Since October 2008, the KMT - controlled legislature has engineered three revisions to the Public Television Organization Law to expand the size of the board for stacking by KMT lawmakers and other sycophants, but has been frustrated in efforts to wrest complete control over its board due to the lack of credibility in removing a successful management team and Ma's own eroding public confidence.

The most recent takeover attempt was frustrated in January when the Taipei District Court filed an injunction against eight directors appointed by then Government Information Office Minister and now KMT spokesman Su Chun-pin last summer in response to a suit by the PTSF chairman maintaining that the eight had been appointed in a "flawed" process.

Indeed, on Dec. 10, 2009, the Control Yuan had issued a demand to the GIO for a "correction" as Su had appointed the new directors and realized their ratification by a legislatively recommended review committee without informing the opposition Democratic Progressive Party legislative caucus of its right to recommend three new members.

The GIO later retaliated by filing its own injunction against Cheng and other PTSF directors for "illegally" holding a meeting without a quorum that was accepted by the Taipei District Court April 19.

Ironically, the issuance of the two injunctions has now reduced the number of functioning directors to five persons, who cannot hold a legal meeting without notification from the now suspended board chairman.

The GIO has apparently now instructed the five remaining directors to convene a meeting, which would also be of questionable legality, which would ask the GIO to take PTSF into receivership.

For their part, Cheng and other suspended PTSF directors filed a civil lawsuits Tuesday to the Taiwan District Court for a cessation of the April 19 injunction and filed an appeal to Taiwan High Court asking it to overturn the lower court's decision.

Moreover, Cheng called on the GIO to "retract its black hand" and cease its drive to turn Taiwan's hard-won public media into just another "state" owned media.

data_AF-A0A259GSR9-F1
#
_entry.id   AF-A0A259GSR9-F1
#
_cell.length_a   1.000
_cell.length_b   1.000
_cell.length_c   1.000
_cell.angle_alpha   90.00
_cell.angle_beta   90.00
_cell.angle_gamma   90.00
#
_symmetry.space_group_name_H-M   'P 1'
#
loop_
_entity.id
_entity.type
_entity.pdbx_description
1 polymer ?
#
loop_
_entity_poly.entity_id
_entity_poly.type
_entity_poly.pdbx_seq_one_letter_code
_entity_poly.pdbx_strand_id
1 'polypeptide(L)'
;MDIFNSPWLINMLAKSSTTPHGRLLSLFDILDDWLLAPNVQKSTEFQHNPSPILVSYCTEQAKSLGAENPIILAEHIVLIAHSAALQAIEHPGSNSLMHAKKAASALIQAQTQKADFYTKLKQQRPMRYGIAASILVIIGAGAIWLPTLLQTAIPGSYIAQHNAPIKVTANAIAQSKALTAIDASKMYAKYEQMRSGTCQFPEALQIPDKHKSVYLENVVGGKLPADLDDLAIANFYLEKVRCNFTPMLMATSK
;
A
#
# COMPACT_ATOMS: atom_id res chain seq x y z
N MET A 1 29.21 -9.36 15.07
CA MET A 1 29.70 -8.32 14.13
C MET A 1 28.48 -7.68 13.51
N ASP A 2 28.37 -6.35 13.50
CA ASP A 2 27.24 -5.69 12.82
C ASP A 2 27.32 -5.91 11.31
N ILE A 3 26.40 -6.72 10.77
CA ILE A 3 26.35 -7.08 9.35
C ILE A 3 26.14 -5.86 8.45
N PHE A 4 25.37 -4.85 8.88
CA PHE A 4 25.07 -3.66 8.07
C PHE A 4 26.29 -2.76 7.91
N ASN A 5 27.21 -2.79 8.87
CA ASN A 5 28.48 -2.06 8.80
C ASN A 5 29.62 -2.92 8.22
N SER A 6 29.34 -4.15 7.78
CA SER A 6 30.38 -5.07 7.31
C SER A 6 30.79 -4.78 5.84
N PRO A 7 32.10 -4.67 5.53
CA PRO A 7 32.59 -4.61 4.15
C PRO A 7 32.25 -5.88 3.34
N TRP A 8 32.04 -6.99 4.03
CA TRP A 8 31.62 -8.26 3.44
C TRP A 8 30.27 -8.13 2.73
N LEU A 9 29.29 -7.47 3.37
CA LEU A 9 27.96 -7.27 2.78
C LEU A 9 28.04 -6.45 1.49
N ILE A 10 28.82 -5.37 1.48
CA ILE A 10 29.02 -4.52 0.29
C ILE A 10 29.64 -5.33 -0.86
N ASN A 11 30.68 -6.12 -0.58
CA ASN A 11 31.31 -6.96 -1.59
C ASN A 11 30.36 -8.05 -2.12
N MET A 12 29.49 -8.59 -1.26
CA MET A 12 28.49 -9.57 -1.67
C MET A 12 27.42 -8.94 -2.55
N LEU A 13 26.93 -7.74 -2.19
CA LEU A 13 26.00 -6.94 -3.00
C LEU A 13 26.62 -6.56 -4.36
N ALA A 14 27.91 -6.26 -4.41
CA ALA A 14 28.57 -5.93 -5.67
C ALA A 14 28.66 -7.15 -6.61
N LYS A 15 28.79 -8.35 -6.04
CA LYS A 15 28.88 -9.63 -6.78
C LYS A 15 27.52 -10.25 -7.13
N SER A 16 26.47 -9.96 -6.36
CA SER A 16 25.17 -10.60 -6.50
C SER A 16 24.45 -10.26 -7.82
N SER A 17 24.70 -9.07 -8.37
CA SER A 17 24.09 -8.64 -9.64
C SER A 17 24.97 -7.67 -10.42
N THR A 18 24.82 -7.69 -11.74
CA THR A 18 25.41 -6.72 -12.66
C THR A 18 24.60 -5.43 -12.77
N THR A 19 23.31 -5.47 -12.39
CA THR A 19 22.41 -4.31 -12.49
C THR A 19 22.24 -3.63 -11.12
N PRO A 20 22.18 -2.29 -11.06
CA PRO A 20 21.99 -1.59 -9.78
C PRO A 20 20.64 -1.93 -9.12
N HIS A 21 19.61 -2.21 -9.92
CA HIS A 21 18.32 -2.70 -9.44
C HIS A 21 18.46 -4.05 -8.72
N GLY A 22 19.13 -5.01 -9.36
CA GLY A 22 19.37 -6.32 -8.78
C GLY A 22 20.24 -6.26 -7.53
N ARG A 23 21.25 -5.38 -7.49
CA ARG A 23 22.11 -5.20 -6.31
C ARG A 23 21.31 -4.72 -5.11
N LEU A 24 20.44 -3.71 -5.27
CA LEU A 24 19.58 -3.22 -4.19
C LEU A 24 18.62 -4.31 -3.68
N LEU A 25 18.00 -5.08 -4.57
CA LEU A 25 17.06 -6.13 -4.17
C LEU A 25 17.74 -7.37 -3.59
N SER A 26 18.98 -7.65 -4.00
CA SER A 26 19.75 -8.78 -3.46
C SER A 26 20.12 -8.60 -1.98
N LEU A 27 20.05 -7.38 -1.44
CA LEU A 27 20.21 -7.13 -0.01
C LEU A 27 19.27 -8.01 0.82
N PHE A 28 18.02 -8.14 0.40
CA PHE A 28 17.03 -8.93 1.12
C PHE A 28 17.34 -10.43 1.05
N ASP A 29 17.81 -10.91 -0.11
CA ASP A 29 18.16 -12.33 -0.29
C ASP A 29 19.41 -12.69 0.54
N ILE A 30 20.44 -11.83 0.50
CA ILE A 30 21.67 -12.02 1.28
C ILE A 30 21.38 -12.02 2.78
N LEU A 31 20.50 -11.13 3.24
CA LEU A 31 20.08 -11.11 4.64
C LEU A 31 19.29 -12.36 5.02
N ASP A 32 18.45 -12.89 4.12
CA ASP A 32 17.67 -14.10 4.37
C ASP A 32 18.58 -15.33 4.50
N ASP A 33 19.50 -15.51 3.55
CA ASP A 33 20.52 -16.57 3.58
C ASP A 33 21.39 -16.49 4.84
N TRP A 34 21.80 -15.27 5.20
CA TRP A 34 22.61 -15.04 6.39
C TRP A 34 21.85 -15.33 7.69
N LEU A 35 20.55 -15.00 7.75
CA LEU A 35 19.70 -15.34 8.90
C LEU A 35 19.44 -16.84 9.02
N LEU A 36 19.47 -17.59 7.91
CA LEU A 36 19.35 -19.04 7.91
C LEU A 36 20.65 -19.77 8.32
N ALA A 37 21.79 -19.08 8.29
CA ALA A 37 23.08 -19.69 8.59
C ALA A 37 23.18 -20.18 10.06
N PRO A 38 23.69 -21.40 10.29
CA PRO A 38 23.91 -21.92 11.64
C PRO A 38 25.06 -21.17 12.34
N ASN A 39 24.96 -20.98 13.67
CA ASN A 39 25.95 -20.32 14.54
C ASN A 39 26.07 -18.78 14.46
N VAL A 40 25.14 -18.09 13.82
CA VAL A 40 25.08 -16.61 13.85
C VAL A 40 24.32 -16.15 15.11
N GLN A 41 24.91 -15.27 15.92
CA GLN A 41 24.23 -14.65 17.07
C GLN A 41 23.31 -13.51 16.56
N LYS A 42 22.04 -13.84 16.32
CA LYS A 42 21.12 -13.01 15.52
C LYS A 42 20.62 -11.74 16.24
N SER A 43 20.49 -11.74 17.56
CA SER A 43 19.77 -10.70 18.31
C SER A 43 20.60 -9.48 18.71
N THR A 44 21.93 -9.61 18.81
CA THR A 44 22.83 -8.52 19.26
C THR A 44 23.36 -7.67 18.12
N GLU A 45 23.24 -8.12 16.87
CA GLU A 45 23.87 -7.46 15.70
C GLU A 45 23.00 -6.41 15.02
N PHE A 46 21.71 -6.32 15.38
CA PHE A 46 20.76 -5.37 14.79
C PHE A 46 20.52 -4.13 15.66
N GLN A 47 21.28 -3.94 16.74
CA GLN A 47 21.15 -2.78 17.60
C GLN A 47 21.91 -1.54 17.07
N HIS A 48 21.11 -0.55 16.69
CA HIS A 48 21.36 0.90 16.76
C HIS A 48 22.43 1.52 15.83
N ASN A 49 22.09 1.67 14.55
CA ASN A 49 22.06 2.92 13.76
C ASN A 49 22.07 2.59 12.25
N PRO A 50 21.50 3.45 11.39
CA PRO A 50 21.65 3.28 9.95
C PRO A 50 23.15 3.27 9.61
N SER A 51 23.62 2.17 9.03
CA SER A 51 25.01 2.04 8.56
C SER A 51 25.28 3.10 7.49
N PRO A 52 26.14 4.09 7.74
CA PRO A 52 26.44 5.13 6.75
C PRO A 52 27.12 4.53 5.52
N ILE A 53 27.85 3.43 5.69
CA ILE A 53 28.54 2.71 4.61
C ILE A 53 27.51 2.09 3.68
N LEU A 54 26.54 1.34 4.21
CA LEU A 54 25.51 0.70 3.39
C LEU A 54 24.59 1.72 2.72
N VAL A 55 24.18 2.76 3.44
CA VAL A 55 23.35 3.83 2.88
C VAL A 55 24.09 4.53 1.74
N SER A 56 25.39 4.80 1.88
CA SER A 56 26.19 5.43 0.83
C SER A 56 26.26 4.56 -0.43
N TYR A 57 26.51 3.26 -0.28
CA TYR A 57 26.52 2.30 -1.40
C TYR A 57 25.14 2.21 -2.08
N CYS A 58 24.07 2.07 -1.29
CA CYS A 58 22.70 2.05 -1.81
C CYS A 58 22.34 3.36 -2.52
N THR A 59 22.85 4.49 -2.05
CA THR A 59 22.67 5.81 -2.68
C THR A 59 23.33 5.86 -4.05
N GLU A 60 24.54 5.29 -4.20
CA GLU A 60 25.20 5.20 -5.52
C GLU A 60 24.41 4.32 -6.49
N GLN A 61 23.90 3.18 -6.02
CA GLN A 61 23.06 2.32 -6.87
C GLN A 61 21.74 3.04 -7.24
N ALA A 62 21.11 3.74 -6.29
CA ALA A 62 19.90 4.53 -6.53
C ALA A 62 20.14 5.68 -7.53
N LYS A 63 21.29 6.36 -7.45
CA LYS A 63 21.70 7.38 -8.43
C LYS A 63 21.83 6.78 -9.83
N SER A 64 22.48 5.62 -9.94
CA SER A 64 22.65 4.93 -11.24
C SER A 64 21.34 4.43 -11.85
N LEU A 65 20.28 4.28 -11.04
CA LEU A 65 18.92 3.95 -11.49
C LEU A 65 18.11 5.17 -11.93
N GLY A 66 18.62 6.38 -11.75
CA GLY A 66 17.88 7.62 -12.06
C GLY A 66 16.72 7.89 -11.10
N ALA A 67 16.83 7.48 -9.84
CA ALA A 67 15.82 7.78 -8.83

Return to legality

This unseemly conflict has already imposed grave harm on the public media in Taiwan and the working rights of journalists and other employees in the public television group.

Up to now, the tussle has been conducted through legal channels, but a decision by the GIO to take the PTSF into receivership would manifest the intervention of the KMT-controlled state apparatus into the control and management of a previously legally independent public media.

The consequences of this action to Taiwan's media freedom and the international reputation of the Ma administration would be profoundly negative.

A GIO takeover, however "packaged," would mark the reversal of decades of media reform efforts aimed at freeing the Taiwan news media from control from the KMT party - state.

The chilling effects would also not be limited to the Taiwan Public Television and its Hakka and Indigenous affiliates but would also affect the far larger terrestrial China Television Service and extend a cloud of uncertainty over the future of CTS and its considerable property assets.

A direct takeover of Taiwan's public television network by the GIO would undoubtedly also spark a precipitous plunge in Taiwan's international ratings in press freedom and human rights, which have already sagged since President Ma took office in May 2008.

There is a simple and legal way out of this morass, namely return to the requirements of the Public Television Law for the board to reflect the public will as represented by the composition of the Legislative Yuan.

First, the GIO should ask the Taipei District Court to cancel the April 19 injunction and restore the rights of PTFS Board Chairman Cheng Tung-liao and the seven fully legally appointed directors and thus restore the normal functioning of the public television network.

Secondly, the GIO should accept the correction issued by the Control Yuan last December, ask the KMT and DPP legislative caucuses to appoint new members to a new 15-member PTSB board selection review committee and then nominate and confirm eight new directors.